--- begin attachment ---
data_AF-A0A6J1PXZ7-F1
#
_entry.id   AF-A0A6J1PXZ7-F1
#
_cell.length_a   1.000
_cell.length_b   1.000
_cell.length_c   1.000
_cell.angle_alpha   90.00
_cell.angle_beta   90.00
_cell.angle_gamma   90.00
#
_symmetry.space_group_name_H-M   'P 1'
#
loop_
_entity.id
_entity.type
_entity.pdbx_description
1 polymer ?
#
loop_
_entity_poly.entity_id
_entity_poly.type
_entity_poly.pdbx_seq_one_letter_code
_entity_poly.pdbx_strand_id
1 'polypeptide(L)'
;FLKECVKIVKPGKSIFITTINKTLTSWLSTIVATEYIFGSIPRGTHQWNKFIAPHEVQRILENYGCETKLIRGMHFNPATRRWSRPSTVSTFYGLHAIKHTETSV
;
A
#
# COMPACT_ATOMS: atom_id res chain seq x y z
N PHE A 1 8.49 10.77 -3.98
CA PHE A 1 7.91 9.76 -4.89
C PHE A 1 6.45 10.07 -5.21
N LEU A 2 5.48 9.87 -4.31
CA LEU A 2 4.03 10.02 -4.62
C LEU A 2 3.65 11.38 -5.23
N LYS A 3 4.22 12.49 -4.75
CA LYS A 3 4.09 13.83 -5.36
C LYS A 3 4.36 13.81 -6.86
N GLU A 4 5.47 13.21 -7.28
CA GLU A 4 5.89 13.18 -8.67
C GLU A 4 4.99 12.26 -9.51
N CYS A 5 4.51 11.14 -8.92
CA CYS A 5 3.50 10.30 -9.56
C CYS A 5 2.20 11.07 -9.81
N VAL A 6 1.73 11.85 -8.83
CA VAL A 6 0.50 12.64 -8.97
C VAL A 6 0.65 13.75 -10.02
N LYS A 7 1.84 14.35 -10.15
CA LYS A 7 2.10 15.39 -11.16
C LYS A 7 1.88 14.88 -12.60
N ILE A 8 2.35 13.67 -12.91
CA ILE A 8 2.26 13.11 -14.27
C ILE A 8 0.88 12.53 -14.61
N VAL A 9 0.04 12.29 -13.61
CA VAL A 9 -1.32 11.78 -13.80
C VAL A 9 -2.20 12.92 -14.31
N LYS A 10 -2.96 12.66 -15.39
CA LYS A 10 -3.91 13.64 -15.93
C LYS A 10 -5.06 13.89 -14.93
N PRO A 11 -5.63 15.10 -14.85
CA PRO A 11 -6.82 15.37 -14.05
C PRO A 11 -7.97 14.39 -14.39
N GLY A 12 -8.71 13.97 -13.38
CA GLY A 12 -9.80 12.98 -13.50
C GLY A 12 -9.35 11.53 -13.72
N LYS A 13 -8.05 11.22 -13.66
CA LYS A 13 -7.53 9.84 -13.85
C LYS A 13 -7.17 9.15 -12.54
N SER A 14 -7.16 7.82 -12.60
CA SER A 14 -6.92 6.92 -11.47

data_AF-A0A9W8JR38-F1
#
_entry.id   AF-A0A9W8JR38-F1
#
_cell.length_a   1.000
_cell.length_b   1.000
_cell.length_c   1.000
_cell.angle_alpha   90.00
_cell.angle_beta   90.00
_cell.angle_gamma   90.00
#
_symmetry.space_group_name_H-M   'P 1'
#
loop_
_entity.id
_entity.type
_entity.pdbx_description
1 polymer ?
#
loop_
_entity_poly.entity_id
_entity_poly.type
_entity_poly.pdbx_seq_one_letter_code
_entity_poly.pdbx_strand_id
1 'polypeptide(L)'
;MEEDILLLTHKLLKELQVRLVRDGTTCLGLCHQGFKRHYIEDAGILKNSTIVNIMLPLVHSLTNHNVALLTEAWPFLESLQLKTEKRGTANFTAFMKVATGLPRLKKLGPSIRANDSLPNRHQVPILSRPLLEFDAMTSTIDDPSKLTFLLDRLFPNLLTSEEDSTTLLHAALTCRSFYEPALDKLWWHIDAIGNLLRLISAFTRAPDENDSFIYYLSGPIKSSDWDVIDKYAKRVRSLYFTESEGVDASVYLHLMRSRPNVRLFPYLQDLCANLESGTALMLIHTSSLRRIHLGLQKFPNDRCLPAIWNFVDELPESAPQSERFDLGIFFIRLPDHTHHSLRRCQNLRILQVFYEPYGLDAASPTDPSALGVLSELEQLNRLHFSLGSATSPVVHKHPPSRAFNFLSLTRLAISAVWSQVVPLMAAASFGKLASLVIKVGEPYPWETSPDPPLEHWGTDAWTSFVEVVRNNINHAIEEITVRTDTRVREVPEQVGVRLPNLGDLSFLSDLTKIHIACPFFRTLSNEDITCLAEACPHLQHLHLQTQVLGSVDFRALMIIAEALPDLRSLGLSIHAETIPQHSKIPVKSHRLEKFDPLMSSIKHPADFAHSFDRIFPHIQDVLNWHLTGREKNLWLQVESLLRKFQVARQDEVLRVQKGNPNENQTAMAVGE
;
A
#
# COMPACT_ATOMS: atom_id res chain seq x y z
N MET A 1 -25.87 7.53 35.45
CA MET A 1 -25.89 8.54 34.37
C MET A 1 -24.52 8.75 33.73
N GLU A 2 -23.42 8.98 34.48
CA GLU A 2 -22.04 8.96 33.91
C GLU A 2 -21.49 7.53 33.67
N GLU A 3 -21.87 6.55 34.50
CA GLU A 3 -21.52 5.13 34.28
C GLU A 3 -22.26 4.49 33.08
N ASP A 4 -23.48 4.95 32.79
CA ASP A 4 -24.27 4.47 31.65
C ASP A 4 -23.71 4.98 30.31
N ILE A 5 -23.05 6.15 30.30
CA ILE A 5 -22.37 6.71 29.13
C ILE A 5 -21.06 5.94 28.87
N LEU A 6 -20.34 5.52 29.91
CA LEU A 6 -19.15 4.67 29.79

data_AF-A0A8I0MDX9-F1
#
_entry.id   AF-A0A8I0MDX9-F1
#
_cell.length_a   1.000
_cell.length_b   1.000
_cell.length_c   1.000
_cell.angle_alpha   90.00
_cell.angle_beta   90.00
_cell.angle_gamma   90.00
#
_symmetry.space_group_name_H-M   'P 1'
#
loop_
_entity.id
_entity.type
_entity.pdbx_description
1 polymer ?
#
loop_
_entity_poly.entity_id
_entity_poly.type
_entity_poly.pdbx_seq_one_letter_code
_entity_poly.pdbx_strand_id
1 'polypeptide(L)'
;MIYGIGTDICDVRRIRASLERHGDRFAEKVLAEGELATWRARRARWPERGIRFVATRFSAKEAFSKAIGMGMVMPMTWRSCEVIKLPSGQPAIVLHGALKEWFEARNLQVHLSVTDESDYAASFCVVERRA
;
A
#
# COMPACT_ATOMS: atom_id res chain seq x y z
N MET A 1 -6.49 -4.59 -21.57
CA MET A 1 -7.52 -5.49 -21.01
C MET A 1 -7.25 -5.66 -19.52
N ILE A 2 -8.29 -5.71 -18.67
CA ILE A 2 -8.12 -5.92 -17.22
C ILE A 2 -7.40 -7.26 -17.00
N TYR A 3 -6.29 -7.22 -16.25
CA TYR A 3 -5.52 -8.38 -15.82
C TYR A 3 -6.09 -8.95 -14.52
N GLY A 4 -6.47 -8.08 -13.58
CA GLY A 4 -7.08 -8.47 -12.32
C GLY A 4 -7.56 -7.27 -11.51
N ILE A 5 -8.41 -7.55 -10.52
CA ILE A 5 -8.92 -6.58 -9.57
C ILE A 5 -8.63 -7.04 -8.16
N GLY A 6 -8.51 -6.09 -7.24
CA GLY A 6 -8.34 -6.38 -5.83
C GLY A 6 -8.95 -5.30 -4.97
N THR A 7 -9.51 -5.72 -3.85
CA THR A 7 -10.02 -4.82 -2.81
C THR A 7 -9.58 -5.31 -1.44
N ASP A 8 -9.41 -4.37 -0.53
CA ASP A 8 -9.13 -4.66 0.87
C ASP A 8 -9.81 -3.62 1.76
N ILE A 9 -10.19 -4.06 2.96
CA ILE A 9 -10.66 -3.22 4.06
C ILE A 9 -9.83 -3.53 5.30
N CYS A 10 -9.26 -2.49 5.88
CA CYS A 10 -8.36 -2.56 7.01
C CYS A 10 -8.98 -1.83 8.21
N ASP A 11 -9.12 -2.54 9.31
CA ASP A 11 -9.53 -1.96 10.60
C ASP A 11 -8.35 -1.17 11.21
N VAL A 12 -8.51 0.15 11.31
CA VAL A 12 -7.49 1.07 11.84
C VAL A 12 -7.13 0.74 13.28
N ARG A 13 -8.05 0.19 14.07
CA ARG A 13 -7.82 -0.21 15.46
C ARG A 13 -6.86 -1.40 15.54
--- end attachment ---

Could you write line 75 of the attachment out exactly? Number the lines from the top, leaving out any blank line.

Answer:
#